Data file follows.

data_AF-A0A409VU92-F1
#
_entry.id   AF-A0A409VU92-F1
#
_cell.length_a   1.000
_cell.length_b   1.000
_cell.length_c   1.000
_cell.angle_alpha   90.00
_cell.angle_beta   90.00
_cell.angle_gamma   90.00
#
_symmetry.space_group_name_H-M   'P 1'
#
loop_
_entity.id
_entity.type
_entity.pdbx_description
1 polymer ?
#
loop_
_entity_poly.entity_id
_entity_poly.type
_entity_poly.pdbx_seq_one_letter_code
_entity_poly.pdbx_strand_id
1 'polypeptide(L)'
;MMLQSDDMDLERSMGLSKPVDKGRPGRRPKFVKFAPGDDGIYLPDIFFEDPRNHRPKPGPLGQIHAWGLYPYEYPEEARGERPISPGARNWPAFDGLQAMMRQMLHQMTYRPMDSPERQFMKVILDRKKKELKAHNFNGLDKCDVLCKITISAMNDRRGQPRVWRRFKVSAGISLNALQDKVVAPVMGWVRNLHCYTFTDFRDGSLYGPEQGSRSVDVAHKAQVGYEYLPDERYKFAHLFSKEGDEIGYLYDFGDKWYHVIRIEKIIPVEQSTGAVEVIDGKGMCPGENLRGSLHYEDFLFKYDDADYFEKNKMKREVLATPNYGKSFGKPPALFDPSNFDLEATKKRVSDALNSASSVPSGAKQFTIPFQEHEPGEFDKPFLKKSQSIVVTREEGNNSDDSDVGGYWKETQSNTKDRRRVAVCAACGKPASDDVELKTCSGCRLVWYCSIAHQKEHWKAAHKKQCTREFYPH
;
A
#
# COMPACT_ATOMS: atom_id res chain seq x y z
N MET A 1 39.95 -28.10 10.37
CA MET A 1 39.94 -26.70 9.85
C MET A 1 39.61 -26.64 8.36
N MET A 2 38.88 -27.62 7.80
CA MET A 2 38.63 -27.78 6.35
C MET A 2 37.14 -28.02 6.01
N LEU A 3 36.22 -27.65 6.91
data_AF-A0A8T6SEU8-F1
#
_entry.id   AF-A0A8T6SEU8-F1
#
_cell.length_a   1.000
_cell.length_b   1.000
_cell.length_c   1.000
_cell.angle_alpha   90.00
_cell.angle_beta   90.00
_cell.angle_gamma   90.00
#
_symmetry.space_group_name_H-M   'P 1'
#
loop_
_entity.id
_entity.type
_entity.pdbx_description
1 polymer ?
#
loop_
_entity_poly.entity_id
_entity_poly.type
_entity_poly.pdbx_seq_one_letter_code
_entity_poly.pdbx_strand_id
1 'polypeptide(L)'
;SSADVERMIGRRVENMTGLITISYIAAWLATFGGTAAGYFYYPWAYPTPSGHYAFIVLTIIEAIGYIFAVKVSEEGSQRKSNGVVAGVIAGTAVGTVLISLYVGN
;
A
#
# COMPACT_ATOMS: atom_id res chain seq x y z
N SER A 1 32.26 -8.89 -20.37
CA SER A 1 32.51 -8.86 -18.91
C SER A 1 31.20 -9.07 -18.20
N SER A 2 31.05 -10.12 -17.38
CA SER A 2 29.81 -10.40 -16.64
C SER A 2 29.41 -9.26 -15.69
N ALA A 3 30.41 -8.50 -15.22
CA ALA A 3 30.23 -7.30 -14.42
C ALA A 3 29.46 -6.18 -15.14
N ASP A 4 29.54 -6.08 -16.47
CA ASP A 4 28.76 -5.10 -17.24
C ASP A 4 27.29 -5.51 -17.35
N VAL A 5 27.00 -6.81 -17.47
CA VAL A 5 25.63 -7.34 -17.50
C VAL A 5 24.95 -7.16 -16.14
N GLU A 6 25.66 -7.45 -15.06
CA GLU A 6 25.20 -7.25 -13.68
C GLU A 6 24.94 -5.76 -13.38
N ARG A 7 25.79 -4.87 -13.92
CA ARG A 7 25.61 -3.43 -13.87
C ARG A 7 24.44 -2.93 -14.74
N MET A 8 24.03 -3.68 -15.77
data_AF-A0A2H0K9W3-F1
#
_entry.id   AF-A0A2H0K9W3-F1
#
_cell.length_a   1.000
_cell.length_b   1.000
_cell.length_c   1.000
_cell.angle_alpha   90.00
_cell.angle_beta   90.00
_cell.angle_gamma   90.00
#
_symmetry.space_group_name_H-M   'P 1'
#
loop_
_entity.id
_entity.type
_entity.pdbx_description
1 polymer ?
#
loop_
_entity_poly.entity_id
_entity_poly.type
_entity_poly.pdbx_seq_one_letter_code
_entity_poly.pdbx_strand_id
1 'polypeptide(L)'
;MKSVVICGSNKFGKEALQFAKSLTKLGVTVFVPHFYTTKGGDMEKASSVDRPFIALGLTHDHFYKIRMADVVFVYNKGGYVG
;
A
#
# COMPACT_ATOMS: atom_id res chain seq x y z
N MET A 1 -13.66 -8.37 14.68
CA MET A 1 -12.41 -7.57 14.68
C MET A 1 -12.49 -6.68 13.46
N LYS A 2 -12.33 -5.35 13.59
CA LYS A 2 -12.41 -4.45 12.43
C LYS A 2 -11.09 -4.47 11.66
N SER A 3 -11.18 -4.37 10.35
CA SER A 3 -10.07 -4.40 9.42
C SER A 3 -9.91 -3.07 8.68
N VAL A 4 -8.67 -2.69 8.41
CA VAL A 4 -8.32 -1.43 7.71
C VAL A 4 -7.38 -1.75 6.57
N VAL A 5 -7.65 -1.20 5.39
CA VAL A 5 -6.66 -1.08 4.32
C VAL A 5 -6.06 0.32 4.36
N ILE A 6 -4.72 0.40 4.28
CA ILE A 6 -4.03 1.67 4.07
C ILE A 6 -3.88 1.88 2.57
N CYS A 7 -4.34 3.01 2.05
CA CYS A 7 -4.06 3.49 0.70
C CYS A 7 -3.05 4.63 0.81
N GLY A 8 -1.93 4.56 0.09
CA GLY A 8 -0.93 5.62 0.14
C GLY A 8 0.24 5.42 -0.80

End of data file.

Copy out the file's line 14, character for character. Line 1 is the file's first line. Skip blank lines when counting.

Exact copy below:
loop_